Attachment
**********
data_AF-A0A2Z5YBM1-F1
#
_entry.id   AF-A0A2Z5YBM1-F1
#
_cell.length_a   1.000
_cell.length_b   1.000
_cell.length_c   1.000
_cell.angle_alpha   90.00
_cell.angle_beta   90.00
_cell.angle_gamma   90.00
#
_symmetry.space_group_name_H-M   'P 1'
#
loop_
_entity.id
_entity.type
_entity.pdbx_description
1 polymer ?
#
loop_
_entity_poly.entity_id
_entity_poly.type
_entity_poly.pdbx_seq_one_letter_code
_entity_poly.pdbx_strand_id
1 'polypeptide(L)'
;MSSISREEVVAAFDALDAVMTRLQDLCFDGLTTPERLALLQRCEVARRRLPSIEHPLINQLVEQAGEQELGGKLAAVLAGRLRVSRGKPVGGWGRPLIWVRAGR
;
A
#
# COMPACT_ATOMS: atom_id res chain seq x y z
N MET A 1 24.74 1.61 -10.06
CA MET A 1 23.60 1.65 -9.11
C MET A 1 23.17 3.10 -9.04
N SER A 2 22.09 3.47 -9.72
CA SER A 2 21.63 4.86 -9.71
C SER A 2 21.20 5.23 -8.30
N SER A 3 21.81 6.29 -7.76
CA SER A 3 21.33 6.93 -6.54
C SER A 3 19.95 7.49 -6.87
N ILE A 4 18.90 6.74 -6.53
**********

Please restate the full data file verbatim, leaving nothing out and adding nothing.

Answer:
data_AF-A0A2Z5YBM1-F1
#
_entry.id   AF-A0A2Z5YBM1-F1
#
_cell.length_a   1.000
_cell.length_b   1.000
_cell.length_c   1.000
_cell.angle_alpha   90.00
_cell.angle_beta   90.00
_cell.angle_gamma   90.00
#
_symmetry.space_group_name_H-M   'P 1'
#
loop_
_entity.id
_entity.type
_entity.pdbx_description
1 polymer ?
#
loop_
_entity_poly.entity_id
_entity_poly.type
_entity_poly.pdbx_seq_one_letter_code
_entity_poly.pdbx_strand_id
1 'polypeptide(L)'
;MSSISREEVVAAFDALDAVMTRLQDLCFDGLTTPERLALLQRCEVARRRLPSIEHPLINQLVEQAGEQELGGKLAAVLAGRLRVSRGKPVGGWGRPLIWVRAGR
;
A
#
# COMPACT_ATOMS: atom_id res chain seq x y z
N MET A 1 24.74 1.61 -10.06
CA MET A 1 23.60 1.65 -9.11
C MET A 1 23.17 3.10 -9.04
N SER A 2 22.09 3.47 -9.72
CA SER A 2 21.63 4.86 -9.71
C SER A 2 21.20 5.23 -8.30
N SER A 3 21.81 6.29 -7.76
CA SER A 3 21.33 6.93 -6.54
C SER A 3 19.95 7.49 -6.87
N ILE A 4 18.90 6.74 -6.53